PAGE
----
Plancius now measures 89 meters in lenght, is 14,5 meters wide and has a draft of 4,80 meters. Her tonnage measurement as a passengership is 3211 and she has space aboard for 116 passengers in 53 cabins next to 37 crewmembers, 8 expeditionstaff members and 1 doctor. From the Arctic season in 2020 onwards, the accomodations will be limited to 108 passengers. She is powered by three diesel-electric engines giving her s normal service speed of a modest 10,5 knots. She flies the Dutch flag and is homeported in Vlissingen.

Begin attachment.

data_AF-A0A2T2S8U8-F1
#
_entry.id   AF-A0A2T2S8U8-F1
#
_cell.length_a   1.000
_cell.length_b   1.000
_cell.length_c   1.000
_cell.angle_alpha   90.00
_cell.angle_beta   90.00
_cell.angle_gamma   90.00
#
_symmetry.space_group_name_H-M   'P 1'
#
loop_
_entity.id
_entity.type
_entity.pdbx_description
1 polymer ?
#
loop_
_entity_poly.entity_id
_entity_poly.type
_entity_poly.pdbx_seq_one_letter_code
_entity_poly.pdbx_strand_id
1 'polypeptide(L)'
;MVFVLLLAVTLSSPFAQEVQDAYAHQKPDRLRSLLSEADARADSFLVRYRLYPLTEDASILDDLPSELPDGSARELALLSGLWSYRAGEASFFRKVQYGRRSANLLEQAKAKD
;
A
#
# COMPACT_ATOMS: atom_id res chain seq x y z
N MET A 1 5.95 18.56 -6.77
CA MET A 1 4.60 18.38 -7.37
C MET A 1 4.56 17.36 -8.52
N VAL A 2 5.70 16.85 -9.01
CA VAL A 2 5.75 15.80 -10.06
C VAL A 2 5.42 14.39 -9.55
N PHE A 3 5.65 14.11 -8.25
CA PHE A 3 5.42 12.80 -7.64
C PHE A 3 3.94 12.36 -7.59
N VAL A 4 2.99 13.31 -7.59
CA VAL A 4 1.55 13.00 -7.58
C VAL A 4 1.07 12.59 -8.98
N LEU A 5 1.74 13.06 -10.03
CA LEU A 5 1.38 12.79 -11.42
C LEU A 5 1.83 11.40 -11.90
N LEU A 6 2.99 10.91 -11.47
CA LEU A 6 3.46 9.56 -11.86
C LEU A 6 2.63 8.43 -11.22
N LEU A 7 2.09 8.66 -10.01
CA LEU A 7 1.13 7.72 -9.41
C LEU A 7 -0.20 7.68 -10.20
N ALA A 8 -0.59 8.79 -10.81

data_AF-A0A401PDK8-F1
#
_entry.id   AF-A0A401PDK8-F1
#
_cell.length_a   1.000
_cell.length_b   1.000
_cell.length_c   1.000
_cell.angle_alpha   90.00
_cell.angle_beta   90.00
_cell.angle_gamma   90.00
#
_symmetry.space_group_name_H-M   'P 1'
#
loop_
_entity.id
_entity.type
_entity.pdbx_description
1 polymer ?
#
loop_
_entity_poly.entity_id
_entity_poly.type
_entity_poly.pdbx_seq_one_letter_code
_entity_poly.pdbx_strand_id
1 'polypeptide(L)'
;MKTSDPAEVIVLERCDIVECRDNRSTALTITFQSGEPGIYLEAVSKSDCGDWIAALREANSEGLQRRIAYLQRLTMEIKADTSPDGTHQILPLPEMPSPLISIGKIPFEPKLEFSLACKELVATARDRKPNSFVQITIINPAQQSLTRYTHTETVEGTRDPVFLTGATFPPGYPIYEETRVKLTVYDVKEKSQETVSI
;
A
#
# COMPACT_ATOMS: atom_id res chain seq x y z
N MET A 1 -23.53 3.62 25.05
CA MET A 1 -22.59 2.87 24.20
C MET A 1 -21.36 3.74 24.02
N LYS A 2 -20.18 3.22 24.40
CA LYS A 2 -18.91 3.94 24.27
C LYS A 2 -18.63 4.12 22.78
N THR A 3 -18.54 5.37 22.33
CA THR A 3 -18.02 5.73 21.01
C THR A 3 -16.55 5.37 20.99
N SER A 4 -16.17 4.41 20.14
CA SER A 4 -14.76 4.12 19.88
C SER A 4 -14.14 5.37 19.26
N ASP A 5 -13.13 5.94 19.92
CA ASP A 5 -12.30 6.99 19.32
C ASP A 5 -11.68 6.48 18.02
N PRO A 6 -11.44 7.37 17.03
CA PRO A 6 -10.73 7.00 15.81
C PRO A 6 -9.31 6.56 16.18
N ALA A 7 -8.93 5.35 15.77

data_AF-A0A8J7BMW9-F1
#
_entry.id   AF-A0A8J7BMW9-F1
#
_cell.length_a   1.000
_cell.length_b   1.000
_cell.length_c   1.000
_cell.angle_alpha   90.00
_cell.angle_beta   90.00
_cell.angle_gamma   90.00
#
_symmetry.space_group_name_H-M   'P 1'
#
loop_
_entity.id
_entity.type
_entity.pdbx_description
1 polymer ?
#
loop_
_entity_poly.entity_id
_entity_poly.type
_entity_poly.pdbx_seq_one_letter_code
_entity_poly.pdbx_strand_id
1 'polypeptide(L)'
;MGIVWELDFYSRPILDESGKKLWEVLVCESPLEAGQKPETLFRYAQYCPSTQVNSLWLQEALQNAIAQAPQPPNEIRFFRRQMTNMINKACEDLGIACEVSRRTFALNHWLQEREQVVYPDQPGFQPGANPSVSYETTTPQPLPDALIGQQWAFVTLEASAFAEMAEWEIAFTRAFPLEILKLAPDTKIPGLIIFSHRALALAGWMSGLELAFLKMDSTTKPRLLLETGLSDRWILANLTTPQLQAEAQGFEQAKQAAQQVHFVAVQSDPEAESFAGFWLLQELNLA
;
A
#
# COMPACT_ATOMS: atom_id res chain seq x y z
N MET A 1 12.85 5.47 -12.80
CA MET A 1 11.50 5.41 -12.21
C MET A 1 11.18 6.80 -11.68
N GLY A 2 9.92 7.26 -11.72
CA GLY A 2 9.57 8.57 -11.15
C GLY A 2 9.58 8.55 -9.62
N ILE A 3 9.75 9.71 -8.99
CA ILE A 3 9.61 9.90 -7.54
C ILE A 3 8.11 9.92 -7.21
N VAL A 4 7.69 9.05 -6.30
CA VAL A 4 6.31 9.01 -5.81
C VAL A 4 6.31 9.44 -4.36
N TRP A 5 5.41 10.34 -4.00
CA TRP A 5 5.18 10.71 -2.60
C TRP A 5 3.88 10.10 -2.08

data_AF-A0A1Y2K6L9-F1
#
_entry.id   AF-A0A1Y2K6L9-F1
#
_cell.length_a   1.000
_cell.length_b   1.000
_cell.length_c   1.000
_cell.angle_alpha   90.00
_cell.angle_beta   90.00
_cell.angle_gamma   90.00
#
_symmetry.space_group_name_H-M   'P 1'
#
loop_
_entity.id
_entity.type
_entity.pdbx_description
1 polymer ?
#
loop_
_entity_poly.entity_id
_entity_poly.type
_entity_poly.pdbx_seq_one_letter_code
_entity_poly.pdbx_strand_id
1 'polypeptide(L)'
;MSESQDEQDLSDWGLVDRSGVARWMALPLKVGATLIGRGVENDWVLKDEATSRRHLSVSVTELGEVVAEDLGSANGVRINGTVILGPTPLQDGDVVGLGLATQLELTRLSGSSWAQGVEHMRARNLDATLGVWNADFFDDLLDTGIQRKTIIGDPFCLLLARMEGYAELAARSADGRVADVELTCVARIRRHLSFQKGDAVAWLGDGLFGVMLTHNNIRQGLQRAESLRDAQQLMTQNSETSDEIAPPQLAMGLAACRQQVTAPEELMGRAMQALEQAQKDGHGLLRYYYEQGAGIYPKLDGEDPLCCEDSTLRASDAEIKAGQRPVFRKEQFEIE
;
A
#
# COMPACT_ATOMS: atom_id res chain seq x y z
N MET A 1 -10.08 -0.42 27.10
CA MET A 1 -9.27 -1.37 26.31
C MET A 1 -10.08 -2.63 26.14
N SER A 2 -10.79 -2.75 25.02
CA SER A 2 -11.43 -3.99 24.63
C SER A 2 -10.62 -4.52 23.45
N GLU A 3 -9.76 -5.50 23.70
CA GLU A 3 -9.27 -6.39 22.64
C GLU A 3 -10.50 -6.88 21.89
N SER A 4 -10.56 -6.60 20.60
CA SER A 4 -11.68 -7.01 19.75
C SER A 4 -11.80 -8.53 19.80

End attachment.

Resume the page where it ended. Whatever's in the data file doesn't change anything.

As this ship wasn't designed as a passengership in 1976, I will concentrate here on the design and style of the ship from 2009 onwards, although of course several features were already there at that time. Although from the late 2010's onwards expedition-cruising and small-ship ultra luxury cruising had grown closer together, Plancius is still a true expeditionship so she is not a luxury vessel. That said, she is very comfortable for her 116 passengers and they are probably choosing this ship just for that particular reason. The focus on this ship really lies in exploration and so the spaces aboard are more-over very functional and practical. The decor mostly is done as if you were in a comfortable Dutch home and the feel aboard is really very homy indeed. On deck 3 there is the restaurant which doubles as a lecture room. The space has large picture windows on the starboard and port sides of the ship so you do not have to miss the outside while dining. The restaurant can seat every passenger and staff so there is no rushing through diner to make room for a second shift and all meals aboard will be inclusive. On deck 5 the ship has a lounge/ observationroom with a bar, again with large picture windows giving good views over the surroundings of the ship. Here, there is a 24 hour service for hot and cold drinks and the bar is well stocked with a number of beverages you would expect in a good bar. Many comfortable loungechairs are places close-by the windows so you do not have to miss anything going on outside. Also there is a wraparound promenade deck on deck 3 and ample outside space for all passengers to enjoy the life outside.